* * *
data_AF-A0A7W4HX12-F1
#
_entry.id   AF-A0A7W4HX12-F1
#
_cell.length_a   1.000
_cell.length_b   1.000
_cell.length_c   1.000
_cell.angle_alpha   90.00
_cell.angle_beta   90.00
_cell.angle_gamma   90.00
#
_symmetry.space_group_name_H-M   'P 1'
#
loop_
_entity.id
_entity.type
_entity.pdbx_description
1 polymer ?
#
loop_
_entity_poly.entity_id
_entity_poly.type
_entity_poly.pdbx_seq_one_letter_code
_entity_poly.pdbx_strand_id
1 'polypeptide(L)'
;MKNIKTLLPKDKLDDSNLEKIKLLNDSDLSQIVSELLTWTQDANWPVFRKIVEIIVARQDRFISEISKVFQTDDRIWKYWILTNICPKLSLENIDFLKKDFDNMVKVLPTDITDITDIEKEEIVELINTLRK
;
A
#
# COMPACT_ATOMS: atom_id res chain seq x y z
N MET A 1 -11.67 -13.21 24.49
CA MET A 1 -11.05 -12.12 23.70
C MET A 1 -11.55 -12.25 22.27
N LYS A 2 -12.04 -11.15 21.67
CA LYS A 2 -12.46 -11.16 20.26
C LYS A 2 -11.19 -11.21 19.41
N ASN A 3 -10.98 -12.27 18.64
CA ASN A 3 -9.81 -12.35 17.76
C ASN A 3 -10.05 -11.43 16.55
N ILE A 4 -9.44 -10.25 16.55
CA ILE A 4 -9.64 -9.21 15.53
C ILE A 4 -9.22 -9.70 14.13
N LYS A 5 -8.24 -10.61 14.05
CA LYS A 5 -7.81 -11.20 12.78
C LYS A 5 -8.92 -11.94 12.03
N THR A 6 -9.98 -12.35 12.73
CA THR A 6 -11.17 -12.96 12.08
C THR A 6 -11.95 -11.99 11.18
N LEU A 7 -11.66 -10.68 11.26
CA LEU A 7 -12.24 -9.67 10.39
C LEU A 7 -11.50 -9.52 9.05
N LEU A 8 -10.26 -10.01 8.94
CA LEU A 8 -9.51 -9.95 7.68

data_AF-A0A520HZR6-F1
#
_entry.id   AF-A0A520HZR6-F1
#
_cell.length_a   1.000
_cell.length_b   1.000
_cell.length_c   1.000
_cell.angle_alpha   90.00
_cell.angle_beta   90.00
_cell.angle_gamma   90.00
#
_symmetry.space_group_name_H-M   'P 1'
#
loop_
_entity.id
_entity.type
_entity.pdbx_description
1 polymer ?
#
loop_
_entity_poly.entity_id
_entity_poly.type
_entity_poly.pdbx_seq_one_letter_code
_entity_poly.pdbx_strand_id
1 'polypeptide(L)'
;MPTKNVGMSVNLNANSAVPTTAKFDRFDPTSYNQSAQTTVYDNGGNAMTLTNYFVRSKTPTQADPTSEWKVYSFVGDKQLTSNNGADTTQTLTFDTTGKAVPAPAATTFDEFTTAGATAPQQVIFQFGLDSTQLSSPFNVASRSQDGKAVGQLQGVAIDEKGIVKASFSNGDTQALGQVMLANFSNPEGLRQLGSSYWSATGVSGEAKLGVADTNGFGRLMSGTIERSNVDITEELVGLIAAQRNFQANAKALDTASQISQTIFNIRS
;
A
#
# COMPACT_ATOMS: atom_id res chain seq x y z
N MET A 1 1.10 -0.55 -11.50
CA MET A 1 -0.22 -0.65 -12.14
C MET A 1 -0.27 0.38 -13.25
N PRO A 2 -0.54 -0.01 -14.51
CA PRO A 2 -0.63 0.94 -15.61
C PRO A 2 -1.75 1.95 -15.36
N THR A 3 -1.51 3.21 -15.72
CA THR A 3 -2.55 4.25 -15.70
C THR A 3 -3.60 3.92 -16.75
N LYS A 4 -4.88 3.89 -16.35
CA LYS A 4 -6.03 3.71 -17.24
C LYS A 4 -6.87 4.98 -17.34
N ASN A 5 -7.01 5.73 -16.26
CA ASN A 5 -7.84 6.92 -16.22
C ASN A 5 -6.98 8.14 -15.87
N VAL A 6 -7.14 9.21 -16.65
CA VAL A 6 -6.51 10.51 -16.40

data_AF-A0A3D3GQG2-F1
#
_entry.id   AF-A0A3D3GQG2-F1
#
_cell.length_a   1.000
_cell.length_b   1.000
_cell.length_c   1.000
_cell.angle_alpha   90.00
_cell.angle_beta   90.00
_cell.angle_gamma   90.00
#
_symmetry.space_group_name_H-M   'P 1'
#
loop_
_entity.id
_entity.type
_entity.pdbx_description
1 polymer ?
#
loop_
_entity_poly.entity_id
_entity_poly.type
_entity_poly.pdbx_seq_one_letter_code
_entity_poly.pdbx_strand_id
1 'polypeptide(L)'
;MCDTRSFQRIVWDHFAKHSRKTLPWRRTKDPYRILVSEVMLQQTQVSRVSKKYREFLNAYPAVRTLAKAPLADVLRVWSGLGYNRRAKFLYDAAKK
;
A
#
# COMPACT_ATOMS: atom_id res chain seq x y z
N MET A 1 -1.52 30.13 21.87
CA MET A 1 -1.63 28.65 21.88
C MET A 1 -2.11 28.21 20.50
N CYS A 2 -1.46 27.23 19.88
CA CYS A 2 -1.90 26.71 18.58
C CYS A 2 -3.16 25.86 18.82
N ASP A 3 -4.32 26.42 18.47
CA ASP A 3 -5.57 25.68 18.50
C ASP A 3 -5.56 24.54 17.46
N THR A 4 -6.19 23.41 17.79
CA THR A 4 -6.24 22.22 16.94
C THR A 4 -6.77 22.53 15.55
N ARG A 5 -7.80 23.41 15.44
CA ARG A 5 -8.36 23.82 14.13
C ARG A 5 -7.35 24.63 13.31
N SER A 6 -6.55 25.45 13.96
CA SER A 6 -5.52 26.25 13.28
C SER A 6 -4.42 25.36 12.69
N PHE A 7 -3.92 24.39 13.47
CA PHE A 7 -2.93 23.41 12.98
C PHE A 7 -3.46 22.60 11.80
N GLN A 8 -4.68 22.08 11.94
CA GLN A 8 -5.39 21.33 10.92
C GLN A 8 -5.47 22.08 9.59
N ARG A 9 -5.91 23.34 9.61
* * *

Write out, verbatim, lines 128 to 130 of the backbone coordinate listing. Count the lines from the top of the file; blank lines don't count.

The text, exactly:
A
#
# COMPACT_ATOMS: atom_id res chain seq x y z